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Florence's Family Album: The Women Behind the Turkmen Rugs
By Florence Holub
Until about 20 years ago, I deemed carpets to be little more than floor coverings to be trod upon. But since I've become a museum docent, I've had a change of heart. Two major bequests to the de Young Museum in Golden Gate Park have opened my eyes to the beauty of the weavings that are the major artistic expression of the nomads and villagers of Central Asia.
In 1980 the de Young acquired the H. McCoy and Caroline Jones Collection, a marvelous bequest including more than 600 oriental rugs. Then about three years ago, the museum received a second large gift of Turkmen carpets from San Francisco residents Wolfgang and Gisela Wiedersperg. From now through June, the magnificent Wiedersperg Collection will be on display in an exhibit titled "Between the Black Desert and the Red: Turkmen Carpets from the Wiedersperg Collection."
Because the people who wove these rugs were nomadic and left no written history, scholars are still debating their exact age and significance. However, to give you some idea of their antiquity, Marco Polo noted the exquisite, densely knotted carpets of Turkmenistan after a visit there in 1280.
The area that most of the rugs in the Wiedersperg Collection come from is the territory occupied by Turkmenistan and Uzbekistan today. This arid region is south of Russia and north of Iran and Afghanistan, between the Caspian Sea and the Mongolian Steppes. In the center is a river, the Amu Darya, that separates two deserts -- the Kara Kum Desert (meaning Black Sands) and the Kazil Kum Desert (meaning Red Sands). Hence the title of the exhibit.
During the last century, the wanderer Turkmen culture was virtually destroyed by warfare, displacements, and migrations. But fortunately, the textiles themselves and a few photographs, some taken by explorers in the 1920s, can transport us back in time.
The men of the Turkmen tribes tended and sheared the sheep, providing a bounty of wool for the weavings that were an integral part of daily life. Rugs served a myriad of purposes -- they were sat on, slept on, eaten on, and displayed on the walls of the dwellings. More importantly, they were badges of identification as well as status symbols.
But it was the women who did the bulk of the weaving and passed their skills from mother to daughter throughout the centuries. They created the thick, luxurious pile of the rugs by clipping row after row of tied knots looped through the plain woven foundation.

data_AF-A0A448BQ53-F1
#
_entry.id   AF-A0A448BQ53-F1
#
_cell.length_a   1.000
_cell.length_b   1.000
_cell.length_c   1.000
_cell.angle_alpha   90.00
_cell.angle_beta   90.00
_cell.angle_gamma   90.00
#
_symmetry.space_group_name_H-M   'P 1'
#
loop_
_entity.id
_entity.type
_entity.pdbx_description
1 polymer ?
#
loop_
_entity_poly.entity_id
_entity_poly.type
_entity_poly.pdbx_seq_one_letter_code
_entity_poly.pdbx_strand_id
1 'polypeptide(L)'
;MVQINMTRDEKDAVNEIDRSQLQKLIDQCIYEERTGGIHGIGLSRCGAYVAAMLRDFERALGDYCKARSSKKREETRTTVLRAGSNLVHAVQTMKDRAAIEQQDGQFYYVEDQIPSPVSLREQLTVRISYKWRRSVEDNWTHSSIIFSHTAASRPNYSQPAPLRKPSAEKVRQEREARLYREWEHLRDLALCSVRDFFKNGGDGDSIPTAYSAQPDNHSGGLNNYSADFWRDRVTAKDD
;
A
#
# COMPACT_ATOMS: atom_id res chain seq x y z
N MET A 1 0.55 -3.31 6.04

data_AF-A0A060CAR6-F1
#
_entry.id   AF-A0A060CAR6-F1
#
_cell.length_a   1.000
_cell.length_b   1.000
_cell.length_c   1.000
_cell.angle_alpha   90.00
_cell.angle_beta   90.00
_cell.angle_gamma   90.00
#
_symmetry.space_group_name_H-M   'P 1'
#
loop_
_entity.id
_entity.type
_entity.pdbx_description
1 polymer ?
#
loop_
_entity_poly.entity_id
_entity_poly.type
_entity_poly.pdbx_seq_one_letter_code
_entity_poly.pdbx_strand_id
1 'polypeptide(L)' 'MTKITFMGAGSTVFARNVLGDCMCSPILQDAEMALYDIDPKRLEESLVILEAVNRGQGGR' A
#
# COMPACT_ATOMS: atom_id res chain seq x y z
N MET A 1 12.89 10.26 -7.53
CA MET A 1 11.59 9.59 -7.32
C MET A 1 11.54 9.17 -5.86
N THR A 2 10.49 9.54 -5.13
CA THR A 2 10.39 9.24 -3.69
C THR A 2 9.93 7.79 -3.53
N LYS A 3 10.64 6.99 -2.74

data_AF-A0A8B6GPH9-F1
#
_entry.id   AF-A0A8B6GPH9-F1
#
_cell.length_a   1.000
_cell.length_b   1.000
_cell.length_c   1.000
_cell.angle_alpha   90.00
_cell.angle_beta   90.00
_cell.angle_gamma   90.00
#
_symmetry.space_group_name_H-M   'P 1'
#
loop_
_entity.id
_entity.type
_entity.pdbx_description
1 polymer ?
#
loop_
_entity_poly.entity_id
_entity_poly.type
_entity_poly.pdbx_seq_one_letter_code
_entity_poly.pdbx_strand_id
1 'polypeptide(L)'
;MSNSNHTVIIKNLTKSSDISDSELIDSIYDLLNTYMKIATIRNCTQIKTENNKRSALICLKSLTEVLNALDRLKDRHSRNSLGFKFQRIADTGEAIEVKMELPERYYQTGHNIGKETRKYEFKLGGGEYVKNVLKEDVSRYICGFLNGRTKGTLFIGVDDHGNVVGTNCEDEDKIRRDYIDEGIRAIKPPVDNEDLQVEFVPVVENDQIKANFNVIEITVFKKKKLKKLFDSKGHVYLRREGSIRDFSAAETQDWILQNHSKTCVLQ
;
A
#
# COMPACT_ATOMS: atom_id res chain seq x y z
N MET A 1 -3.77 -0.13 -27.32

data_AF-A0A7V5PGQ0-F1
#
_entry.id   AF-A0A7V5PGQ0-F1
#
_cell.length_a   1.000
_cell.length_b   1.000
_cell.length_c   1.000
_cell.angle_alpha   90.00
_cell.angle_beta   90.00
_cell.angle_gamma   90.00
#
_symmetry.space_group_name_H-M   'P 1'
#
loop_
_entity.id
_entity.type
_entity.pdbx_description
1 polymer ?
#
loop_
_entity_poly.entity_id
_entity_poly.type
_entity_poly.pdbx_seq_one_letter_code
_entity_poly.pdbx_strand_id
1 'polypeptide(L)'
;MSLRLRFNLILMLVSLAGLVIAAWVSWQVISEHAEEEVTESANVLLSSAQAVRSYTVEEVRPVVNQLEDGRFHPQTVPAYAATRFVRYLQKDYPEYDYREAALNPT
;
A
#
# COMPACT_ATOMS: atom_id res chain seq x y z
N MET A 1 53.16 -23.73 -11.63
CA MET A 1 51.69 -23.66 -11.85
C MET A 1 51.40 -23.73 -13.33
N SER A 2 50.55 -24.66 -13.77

Most of a young woman's weavings were done in preparation for her marriage. The betrothed would make all the carpets for her new home, called a yurt--a round tent made of poles lashed together and covered with waterproof wool felt.
Then on her wedding day she would act as the centerpiece in a joyous procession across the sands. The bride rode hidden inside a decorated litter (called a kejebe)atop a camel adorned with bells and tassels. Over each flank of the beast hung an azmalyk, a pentagonal weaving edged with tassels that dangled as the animal swayed from side to side.
Once the cavalcade reached the yurt, the celebrants would line the tent's interior with the bride's handiwork. The ensi, the door rug, was used to cover the entryway. Above it and down each side hung a kapunuk, or door surround, decorated with the curl-leaf design that signified growth and fertility.
The most striking feature of these Turkmen carpets is the resplendent red color that saturates the overall design. The brilliant red dye comes from the boiled roots of the madder plant, which grows wild in the desert.
The Turkmen browns are derived from walnut hulls, and the yellows from any of 20 desert flowers. The black is a mixture of iron oxide and tannin. The more rare indigo blue, from the indigo plant native to India, was obtained through barter or at the village bazaars.
Another thing you'll notice at the de Young exhibit are the octagon-shaped motifs, called göls (pronounced "ghouls"), repeated in rows throughout most oriental carpet designs. Some have images of plants, birds, or animals.
Each tribe or subtribe had a slightly different göl that was used exclusively on their carpets. But there were universal göls as well. The tauk nuska göl, featuring what look like animal figures, shows up in many tribes' weavings. (The Turkmen defined tauk nuska as "hen-patterned," but don't worry if you can't locate the hens!)
The Tekke tribe distinguished their rugs by weaving lines from border to border that intersect each göl. Today the Tekke göl (shown here) is still used on carpets under the name of Bokhara, a town on the silk route to China.
On view at the de Young are rugs by the Tekke, the Yomut, and the Ersari, and three exceptionally fine pieces by the Solar tribe, thought to be the oldest and most noble of Turkmen tribes. One Solar rug -- a trapping used to adorn a camel in a wedding procession -- has 239 knots per square inch!
There are many beautiful door rugs on display in this exhibit, but my favorite has a row of eight camels trudging across the desert, each bearing a litter (and each holding a bride).
You can count the camels -- and contemplate the lives of the women who rode them -- by taking a tour of the exhibit. They're offered daily at 12:15 p.m. until June 25. (Yours truly will be the leader on the fourth Friday of each month: April 28, May 26, and June 23.)
P.S. If you'd like a rug preview, go take a look at the wonderful variety of carpets that Juan Teran is offering at his shop Artemisia, on the corner of 24th and Diamond streets. I stopped in a couple of weeks ago and noticed a gorgeous contemporary pile rug from Uzbekistan that is quite similar to a fine Ersari carpet exhibited at the de Young. This rug clearly illustrates the Turkmen -- and women's-- glorious use of color and design!